What is Diabetic Neuropathy?
Diabetic neuropathy is nerve injury due to diabetes. This can affect sensory nerves, nerves that control motor function (movement), and/or autonomic nerves (nerves that control heart rate, blood pressure, gastrointestinal function, and more). With as many as 50% of diabetics getting diabetic neuropathy, it is a common problem.
Who is at Risk?
People with Diabetes Type 1 for more than 5 years are at risk. Anyone with Diabetes Type 2 is at risk, regardless of the duration. This is because people have frequently had prediabetes or diabetes for many years, and damage to the nerve fibers had been going on before they were formally diagnosed with diabetes.
Could My Neuropathy Be From Something Else?
Even if you have diabetes, there are many other causes of neuropathy such as Vitamin B12 Deficiency, infections, autoimmune diseases, kidney disease, liver disease, thyroid disease, alcoholism, and trauma. Other causes may need specific treatment, so they should be excluded before diagnosing the problem as diabetic neuropathy.
What are the Common Signs & Symptoms of Diabetic Neuropathy?
Although there are others, there are 3 common types of neuropathy:
This affects regular sensation to touch, vibration, and temperature. Feet are most frequently affected, but neuropathy can also affect the legs and the hands.
- Problems with these nerves can cause pain, tingling, burning, and decreased or absent sensation.
- Consequences of decreased sensation:
- Wounds on your feet that you don’t know about. If realization of a wound is delayed, the wound can become more serious and can even result in the need for amputation. (This is why diabetics are advised to visually check their feet every day).
- We need sensation to know where we are putting our feet. With decreased sensation, you are at risk for tripping and falling.
- Sensation can also be altered so normal things are perceived as painful.
- If the motor nerves do not work properly, weakness and problems with coordination result. This can cause difficulty walking as well as tripping and falling.
Autonomic nerves are the part of the nervous system that controls automatic functions. Symptoms include:
- Orthostatic hypotension (a drop in blood pressure). This occurs if the mechanisms that rapidly adjust heart rate, blood pressure and vascular tone in response to position changes don’t work properly. This can result in dizziness, light-headedness, falling, and fainting when getting up from lying or sitting.
- Gastroparesis; when the stomach does not empty properly. This can cause nausea, vomiting, and bloating. If the nerves in the intestines are involved, you can get constipation, diarrhea, and incontinence.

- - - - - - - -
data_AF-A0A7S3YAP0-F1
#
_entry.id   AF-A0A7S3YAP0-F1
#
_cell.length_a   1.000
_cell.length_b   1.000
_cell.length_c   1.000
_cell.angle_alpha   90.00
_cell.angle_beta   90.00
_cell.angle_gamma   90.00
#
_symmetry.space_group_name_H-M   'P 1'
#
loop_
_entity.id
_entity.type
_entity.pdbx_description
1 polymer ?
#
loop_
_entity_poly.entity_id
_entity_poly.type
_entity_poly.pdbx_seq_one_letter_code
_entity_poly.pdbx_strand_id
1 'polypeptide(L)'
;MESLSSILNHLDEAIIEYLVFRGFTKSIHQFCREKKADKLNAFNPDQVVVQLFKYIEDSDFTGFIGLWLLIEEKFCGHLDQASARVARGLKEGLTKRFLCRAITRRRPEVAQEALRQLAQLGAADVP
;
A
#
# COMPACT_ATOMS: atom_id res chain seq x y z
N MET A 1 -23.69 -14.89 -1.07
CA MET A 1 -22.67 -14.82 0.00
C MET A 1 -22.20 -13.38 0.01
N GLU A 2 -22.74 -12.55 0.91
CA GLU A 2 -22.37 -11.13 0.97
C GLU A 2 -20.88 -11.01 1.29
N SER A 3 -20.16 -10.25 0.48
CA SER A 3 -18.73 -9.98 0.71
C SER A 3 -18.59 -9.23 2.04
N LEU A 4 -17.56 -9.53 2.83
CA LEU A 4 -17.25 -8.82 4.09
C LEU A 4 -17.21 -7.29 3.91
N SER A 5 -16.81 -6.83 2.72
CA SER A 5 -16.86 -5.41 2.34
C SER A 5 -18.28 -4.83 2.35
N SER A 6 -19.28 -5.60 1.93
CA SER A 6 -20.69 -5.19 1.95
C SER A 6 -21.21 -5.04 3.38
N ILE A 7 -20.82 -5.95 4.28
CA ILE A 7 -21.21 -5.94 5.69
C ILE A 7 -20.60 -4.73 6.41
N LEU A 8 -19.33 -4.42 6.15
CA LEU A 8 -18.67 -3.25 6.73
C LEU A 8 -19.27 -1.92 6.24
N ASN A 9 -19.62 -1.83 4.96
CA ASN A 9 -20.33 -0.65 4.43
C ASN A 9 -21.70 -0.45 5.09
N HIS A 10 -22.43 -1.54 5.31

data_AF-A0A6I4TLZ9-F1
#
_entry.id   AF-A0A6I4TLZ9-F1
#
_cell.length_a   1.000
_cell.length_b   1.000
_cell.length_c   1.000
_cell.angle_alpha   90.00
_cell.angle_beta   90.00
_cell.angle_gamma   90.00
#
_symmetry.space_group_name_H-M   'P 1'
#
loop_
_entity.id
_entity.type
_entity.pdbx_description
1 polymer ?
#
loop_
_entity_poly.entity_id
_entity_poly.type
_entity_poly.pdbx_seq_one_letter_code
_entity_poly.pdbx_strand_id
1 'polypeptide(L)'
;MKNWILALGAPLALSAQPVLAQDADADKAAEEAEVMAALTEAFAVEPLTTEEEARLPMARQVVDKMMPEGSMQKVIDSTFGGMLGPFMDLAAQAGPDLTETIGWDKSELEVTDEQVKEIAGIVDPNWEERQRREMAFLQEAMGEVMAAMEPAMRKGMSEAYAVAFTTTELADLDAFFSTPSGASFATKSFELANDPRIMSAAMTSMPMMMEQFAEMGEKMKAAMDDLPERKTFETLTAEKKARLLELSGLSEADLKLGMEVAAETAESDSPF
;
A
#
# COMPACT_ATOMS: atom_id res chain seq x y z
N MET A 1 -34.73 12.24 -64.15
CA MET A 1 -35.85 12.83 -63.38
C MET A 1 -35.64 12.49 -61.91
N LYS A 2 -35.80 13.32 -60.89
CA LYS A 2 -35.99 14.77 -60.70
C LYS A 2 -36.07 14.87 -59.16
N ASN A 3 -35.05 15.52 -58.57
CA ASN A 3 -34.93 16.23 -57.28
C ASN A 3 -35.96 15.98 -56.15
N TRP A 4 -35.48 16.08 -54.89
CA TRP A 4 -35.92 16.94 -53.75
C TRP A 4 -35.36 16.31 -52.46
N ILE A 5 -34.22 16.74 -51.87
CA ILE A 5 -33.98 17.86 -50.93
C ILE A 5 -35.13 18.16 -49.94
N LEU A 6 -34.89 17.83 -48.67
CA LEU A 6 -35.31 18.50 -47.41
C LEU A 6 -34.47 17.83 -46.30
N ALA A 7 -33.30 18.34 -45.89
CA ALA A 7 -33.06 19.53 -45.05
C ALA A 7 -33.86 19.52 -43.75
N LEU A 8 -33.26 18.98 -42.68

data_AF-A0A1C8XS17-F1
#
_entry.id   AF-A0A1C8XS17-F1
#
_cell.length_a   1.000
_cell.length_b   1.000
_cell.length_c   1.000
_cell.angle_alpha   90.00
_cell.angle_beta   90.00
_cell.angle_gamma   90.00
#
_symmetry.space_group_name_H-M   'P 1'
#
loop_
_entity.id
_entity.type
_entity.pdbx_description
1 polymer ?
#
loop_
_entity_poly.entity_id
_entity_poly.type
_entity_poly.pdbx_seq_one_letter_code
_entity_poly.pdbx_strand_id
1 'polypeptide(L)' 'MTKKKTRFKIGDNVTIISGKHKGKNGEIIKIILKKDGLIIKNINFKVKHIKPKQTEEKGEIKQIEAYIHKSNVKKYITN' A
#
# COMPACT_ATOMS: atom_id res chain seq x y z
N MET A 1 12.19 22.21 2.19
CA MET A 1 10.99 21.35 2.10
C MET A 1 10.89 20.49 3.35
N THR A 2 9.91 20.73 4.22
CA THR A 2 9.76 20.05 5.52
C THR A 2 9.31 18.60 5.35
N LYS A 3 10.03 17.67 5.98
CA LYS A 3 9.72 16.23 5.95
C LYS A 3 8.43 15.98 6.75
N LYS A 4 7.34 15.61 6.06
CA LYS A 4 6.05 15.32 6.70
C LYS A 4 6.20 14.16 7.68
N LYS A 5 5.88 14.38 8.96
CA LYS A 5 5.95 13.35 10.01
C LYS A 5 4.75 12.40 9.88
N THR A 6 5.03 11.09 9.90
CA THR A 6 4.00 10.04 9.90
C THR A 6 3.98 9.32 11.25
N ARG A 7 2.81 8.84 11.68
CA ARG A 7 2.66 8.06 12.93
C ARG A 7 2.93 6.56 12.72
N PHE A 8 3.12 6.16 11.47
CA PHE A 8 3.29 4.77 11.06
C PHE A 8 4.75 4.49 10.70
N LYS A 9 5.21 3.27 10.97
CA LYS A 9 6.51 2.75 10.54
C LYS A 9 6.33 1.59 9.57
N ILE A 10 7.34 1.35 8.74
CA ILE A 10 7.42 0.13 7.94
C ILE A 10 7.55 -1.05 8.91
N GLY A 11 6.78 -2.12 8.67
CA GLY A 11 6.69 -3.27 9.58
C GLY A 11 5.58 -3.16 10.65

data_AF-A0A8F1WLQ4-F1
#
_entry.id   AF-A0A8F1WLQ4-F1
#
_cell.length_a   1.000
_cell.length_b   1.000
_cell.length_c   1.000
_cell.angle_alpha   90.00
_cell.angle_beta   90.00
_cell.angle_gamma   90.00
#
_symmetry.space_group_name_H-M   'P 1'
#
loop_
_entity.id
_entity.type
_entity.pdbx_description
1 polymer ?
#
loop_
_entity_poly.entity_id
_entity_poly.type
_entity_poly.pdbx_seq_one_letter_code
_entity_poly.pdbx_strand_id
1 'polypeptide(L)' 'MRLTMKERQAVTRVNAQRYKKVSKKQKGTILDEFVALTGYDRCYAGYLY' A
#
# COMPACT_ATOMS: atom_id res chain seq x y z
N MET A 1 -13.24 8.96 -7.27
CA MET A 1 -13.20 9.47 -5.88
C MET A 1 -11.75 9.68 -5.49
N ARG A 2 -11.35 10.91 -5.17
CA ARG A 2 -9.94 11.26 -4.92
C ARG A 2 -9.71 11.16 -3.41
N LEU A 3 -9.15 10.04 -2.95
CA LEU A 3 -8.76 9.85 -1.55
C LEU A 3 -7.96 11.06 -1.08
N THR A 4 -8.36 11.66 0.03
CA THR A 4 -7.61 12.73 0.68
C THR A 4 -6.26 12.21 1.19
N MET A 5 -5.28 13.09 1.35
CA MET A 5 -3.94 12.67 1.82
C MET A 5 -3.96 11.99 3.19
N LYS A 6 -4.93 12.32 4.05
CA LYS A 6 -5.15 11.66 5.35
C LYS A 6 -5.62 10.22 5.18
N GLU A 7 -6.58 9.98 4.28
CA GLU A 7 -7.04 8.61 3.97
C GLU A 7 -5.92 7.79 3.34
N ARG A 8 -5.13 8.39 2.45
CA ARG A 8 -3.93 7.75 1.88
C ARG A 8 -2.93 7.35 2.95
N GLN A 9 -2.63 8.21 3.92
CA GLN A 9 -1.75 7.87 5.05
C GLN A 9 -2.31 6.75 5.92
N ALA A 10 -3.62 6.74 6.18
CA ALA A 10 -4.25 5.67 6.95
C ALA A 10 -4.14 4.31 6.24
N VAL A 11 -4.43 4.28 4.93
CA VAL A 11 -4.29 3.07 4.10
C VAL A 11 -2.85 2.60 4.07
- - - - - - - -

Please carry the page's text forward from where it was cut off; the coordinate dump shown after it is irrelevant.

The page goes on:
- Difficulty with vision when changing from far to near or light to dark. (This is separate from diabetic retinopathy which is not covered in this blog).
- Trouble emptying the bladder or urinary leakage.
- Erectile dysfunction in men and vaginal dryness in women.
- Diabetic Hypoglycemic Unawareness where you do not have warning symptoms of low blood sugar such as shakiness, sweating, hunger, or racing heartbeat. Knowing your blood sugar is low is important so you can take action to bring it up and prevent your sugar from becoming dangerously low.
What are the Risk Factors for Developing Severe Diabetic Neuropathy?
- Poor control of diabetes
- Hypertension or elevated blood pressure
- High cholesterol
- Heavy alcohol consumption
- Longer duraton of diabetes
How is Diabetic Neuropathy Diagnosed?
A physical exam and blood tests are usually done to rule out other causes. In cases that are either very severe, unclear, or complicated, an EMG (electromyogram) and consultation with a specialist might be ordered.
How do I Treat Diabetic Neuropathy?
The best treatment is prevention! Control your diabetes (the Hemoglobin A1c goal for most people is less than 7.0%). It is also important to control blood pressure and cholesterol, quit smoking if you smoke, limit alcohol, eat healthy, and get plenty of exercise. These same things can slow the progression of diabetic neuropathy if you already have it.
Treatment is geared toward symptoms and is not curative. Some examples:
- Pain from sensory neuropathy can be treated with medicines such as Duloxetine (Cymbalta), Gabapentin, and Pregabalin (Lyrica) and supplements such as alpha-lipoic acid. Nerve blocks can be done for certain symptoms. Relaxation techniques, biofeedback, hypnosis, meditation, and superficial nerve stimulation with a portable TENS unit are other treatments.
- Weakness and loss of position sense due to numbness can be helped with physical therapy.
- Orthostasis (drop in blood pressure with change in position), can be treated with getting up slowly, an increase in fluid intake, compression stockings, and medications such as Midodrine depending on the severity of the case.
- Urinary and gastrointestinal symptoms can also be helped with medication.
Chase Medical Research has experience in conducting trials for diabetic neuropathy and many other diseases. If you are interested in participating in one of our trials, please check out our website for currently enrolling trials. One of our current trials is for an investigational medication for diabetic neuropathy.
- Myron A. Bodman; Matthew Varacallo., Peripheral Diabetic Neuropathy, NIH, National Library of Medicine, Last Update: September 29, 2022.
- Quan, D., 2020, Diabetic Neuropathy, Medscape, Jan. 17, 2020.
- Khardori, R., 2020, Type 2 Diabetes Mellitus Overview, Medscape, May 28, 2020.
- Diabetes Care, January 2019, Volume 42, Supplement 1.
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